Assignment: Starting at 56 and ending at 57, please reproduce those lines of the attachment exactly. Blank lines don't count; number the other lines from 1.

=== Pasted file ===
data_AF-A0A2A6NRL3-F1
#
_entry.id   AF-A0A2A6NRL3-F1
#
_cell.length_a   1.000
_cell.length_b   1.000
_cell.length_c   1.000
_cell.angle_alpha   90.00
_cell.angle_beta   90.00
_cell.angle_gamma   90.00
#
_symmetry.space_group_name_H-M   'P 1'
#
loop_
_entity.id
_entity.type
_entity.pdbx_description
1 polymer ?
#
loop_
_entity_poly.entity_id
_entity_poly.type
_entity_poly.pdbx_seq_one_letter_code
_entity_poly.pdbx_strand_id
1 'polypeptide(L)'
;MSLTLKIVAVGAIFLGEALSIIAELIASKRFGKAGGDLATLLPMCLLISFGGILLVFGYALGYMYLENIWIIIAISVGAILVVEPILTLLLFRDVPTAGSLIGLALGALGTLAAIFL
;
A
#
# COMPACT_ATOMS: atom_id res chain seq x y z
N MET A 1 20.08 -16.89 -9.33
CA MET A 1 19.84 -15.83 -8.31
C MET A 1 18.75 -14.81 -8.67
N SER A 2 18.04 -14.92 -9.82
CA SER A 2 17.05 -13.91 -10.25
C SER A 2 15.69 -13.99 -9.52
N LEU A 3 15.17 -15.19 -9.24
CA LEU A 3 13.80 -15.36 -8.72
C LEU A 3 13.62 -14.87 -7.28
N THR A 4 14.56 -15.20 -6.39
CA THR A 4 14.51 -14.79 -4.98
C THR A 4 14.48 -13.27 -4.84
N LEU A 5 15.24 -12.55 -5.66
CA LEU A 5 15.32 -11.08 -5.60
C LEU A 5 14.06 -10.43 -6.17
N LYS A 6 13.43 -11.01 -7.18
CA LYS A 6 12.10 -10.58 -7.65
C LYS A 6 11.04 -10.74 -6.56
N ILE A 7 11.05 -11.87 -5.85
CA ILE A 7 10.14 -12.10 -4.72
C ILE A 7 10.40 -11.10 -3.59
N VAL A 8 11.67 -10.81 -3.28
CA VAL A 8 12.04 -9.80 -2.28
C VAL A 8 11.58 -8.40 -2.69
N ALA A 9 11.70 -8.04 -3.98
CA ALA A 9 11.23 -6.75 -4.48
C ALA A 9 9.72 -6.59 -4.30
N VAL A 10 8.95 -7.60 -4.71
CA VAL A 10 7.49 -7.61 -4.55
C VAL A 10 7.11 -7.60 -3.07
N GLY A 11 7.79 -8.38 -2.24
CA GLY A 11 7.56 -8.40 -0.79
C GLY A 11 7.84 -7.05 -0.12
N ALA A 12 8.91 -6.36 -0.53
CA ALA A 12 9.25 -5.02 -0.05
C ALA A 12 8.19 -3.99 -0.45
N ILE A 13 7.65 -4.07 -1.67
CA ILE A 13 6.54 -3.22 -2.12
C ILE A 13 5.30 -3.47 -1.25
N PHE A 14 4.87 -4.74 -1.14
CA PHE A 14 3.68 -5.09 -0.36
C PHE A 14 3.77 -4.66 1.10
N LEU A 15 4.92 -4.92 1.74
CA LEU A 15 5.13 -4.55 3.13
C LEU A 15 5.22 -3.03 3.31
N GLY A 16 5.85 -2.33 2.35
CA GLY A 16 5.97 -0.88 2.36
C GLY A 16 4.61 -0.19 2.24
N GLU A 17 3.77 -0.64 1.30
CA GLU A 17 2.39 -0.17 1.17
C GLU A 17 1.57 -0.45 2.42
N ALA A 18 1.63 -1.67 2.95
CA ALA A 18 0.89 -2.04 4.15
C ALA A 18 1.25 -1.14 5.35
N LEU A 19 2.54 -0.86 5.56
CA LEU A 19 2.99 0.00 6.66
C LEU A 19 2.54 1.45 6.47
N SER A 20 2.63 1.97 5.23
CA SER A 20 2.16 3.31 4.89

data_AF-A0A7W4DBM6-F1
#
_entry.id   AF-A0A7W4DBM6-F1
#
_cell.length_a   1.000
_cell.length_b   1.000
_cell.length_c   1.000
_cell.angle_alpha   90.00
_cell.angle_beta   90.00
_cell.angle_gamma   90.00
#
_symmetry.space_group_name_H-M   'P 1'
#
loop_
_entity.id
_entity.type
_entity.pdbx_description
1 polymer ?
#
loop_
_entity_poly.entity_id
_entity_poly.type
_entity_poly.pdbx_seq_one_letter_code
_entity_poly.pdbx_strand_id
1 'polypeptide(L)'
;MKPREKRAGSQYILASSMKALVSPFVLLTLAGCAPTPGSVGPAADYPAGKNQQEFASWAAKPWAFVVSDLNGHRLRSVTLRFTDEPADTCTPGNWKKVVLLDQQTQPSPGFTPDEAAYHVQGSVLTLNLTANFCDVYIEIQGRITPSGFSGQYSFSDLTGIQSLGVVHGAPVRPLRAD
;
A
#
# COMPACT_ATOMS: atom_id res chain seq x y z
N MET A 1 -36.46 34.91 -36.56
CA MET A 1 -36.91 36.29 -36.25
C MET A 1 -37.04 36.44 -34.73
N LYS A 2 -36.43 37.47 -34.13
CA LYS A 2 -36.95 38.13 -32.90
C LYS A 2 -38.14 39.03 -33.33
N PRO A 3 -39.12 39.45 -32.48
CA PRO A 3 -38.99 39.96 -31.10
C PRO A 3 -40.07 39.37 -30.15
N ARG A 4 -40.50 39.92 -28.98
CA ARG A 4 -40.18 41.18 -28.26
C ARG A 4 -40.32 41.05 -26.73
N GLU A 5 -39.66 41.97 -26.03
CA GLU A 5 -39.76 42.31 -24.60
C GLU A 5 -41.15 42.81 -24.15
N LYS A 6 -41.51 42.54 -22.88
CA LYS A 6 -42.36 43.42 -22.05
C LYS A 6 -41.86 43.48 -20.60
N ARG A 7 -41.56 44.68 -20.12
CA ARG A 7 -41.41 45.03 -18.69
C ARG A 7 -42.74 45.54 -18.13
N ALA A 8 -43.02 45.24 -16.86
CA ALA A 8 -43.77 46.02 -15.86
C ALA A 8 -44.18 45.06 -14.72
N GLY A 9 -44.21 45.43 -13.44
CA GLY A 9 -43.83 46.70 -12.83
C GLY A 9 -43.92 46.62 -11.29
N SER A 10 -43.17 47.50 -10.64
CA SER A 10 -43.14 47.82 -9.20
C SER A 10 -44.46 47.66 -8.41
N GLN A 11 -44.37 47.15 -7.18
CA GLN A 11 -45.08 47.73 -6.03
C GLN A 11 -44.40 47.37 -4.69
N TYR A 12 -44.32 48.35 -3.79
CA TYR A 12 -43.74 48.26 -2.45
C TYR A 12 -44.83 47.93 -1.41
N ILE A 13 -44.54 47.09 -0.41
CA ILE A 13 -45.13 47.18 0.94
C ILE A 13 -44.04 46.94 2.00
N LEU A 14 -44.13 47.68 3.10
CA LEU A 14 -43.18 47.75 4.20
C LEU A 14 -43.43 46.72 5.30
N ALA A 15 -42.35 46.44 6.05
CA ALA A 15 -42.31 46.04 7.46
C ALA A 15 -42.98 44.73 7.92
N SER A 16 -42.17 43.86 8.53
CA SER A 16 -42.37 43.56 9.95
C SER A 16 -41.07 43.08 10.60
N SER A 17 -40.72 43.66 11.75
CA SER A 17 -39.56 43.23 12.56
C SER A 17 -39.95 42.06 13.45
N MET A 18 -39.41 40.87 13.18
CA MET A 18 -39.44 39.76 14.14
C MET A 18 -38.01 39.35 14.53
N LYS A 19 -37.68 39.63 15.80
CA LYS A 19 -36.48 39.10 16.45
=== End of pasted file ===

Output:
CA ALA A 9 11.23 -6.75 -4.48
C ALA A 9 9.72 -6.59 -4.30